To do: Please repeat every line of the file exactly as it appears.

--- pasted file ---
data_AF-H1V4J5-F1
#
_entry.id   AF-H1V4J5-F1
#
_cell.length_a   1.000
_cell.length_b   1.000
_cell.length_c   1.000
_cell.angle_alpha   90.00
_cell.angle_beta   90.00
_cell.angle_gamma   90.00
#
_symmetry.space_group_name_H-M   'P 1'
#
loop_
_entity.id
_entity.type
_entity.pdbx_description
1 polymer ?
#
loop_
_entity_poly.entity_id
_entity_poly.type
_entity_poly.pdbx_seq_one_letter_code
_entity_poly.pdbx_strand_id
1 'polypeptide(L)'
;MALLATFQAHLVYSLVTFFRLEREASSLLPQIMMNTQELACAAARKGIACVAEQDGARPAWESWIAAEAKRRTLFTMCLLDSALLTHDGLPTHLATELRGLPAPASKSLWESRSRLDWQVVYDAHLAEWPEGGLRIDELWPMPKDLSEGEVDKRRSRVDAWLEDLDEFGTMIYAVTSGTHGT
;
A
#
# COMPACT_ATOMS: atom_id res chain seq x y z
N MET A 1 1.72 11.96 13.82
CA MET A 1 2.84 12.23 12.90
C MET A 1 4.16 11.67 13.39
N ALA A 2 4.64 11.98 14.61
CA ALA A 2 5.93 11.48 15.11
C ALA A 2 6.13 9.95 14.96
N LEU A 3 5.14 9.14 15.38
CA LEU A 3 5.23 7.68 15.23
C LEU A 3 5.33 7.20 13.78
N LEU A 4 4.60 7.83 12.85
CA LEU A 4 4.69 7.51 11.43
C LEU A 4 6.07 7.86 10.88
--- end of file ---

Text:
data_AF-H1V4J5-F1
#
_entry.id   AF-H1V4J5-F1
#
_cell.length_a   1.000
_cell.length_b   1.000
_cell.length_c   1.000
_cell.angle_alpha   90.00
_cell.angle_beta   90.00
_cell.angle_gamma   90.00
#
_symmetry.space_group_name_H-M   'P 1'
#
loop_
_entity.id
_entity.type
_entity.pdbx_description
1 polymer ?
#
loop_
_entity_poly.entity_id
_entity_poly.type
_entity_poly.pdbx_seq_one_letter_code
_entity_poly.pdbx_strand_id
1 'polypeptide(L)'
;MALLATFQAHLVYSLVTFFRLEREASSLLPQIMMNTQELACAAARKGIACVAEQDGARPAWESWIAAEAKRRTLFTMCLLDSALLTHDGLPTHLATELRGLPAPASKSLWESRSRLDWQVVYDAHLAEWPEGGLRIDELWPMPKDLSEGEVDKRRSRVDAWLEDLDEFGTMIYAVTSGTHGT
;
A
#
# COMPACT_ATOMS: atom_id res chain seq x y z
N MET A 1 1.72 11.96 13.82
CA MET A 1 2.84 12.23 12.90
C MET A 1 4.16 11.67 13.39
N ALA A 2 4.64 11.98 14.61
CA ALA A 2 5.93 11.48 15.11
C ALA A 2 6.13 9.95 14.96
N LEU A 3 5.14 9.14 15.38
CA LEU A 3 5.23 7.68 15.23
C LEU A 3 5.33 7.20 13.78
N LEU A 4 4.60 7.83 12.85
CA LEU A 4 4.69 7.51 11.43
C LEU A 4 6.07 7.86 10.88